Sex and Relationship Classes Set to Be Taught in Secondary Schools
Compulsory sex and relationship education looks set to be taught in all secondary schools after Tory MPs - including five former ministers - backed a change to the law, The Daily Telegraph can disclose.
The ministers are among a group of 23 Conservative MPs who are backing a law change to force secondary schools to make Relationship Education compulsory in the National Curriculum.
The change would see teenagers being what consent means in sexual relationships and how to protect themselves from sexting and online exploitation in compulsory classes.
Currently only council-controlled secondary schools are required to teach children about sex in biology classes. There is no such requirement on academies or free schools which make up the majority of secondary schools in England.
Justine Greening, the Education secretary, has already hinted that the Government wants to take action, but has yet to publish further information.
The changes - the biggest overhaul of sex education for 17 years - are proposed in an amendment to the Children and Social Work Bill which was published in the House of Commons yesterday. [thurs]
Pupils will be taught “how to recognise and handle bullying and peer pressure, such as sexting, the meaning of consent, signs of an exploitative relationship, including physical, mental and sexual harassment, conflict management and safety online, such as exposure to pornography”.
New Government guidance to local authority and academies will also ensure pupils “learn the importance of respect, tolerance and commitment in all types of healthy relationships”.
Schools will also have to protect children “from teaching and materials which are inappropriate having regard to the age and religious background of the pupils concerned”, under the proposals.
MPs are likely to vote on the amendment by the end of this month, and the changes could be law in time for the next academic year in September.
The amendment is likely to succeed as long as the Opposition parties support it because of the Government's thin majority in the House of Commons.
The amendment is backed by a cross party group of MPs including the chairmen of the education, justice and health select committees.
Former Cabinet ministers Dominic Grieve, Nicky Morgan, Maria Miller, Dame Caroline Spelman and former Children’s minister Tim Loughton are backing the change.
At least seven Labour MPs - Sarah Champion, Graham Allen and Jon Cruddas - are also backing the change and a DUP MP Jim Shannon as backing the reforms.
The changes come after The Telegraph led a Better Sex Education campaign which called for teaching – which has not been changed since 2000 - to be modernised to reflect the risks facing children online.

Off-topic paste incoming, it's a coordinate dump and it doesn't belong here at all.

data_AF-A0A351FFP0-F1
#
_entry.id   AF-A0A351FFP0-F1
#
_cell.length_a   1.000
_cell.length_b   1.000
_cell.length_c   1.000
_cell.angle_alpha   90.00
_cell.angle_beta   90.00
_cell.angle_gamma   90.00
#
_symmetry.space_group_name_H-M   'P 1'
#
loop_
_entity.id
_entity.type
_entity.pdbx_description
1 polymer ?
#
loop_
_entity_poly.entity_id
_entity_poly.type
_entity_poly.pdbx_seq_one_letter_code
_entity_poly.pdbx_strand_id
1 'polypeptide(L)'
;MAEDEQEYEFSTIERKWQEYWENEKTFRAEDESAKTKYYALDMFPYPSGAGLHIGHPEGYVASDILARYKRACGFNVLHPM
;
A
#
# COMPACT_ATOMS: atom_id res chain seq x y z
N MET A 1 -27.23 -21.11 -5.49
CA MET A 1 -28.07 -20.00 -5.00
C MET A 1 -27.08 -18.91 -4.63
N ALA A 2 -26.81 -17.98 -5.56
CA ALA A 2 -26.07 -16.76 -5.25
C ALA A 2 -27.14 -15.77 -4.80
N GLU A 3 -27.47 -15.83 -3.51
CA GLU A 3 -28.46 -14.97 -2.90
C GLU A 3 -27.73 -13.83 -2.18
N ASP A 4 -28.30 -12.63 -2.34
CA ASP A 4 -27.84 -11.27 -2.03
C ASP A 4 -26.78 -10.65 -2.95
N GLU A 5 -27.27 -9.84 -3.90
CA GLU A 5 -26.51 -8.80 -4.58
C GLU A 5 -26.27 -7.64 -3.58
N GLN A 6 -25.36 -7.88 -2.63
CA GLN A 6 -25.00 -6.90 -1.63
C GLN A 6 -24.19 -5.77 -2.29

David Burrowes, the Tory MP leading the reforms, told The Daily Telegraph the changes would recognise in law “compulsory relationship education”.
He said: “We are looking forward to the Government positively responding to this. It ensures that sex education when it comes in a child’s life has a relationship basis.
“This would mean that it deals with what is at the heart of people’s concerns which is people’s resilience, strong relationships and how to handle issues around pornography and sexual harassment.”
Bob Neill, a former Local Government minister backing the changes, said the reforms were “sensible proposal” because schools talked about sex education in classes “in mechanical terms”.
A source close to Ms Greening said that modernising sex education “was something she wants to move on, it is just a question of doing it properly”.
The adviser said Ms Greening wanted to ensure that any changes to sex education lasted the test of time and did not need to be repeatedly updated.
Jonathan Baggaley, chief executive of the PSHE Association, said that sex education...
“...should be at the heart of the curriculum and provides the structure to address other vital areas such as mental health, healthy lifestyles, skills for work and career success and alcohol and substance misuse."
“This is why we are calling on the Government to take its own steps to improve the status of the whole subject in all schools.”
A Department for Education spokesman said: “High-quality education on sex and relationships is a vital part of preparing young people for success in adult life."
“It is compulsory in all maintained secondary schools and, as the Education Secretary said last week, we are looking at options to ensure all children have access to high-quality teaching in these subjects.
“We are working closely with select committee chairs and others and will update the House in the passage of the Children and Social Work Bill.”
A source added that ministers will update Parliament on the Government's plans during the passage of the Children and Social Work Bill.
She said: "We are clear that this must be done in the right way, with active consideration of all the issues, to ensure that any actions taken support effective delivery of the outcomes we seek such as keeping young people safe, and supporting them to gain the skills to develop healthy, positive relationships."
Mrs Miller, who with Mr Burrowes organised the amendment, said: "Children are having to deal with a highly sexualised online world without the support they need to tackle the problems it creates."
"Most children will receive their first mobile phone aged nine years, will have seen online pornography before they leave primary school and two thirds will have been asked for a digital sexual image of themselves before they leave secondary school. Schools and parents need to work together to give children the support they need - this change in the law will make it compulsory for schools to play their part."
Written by Christopher Hope for The Telegraph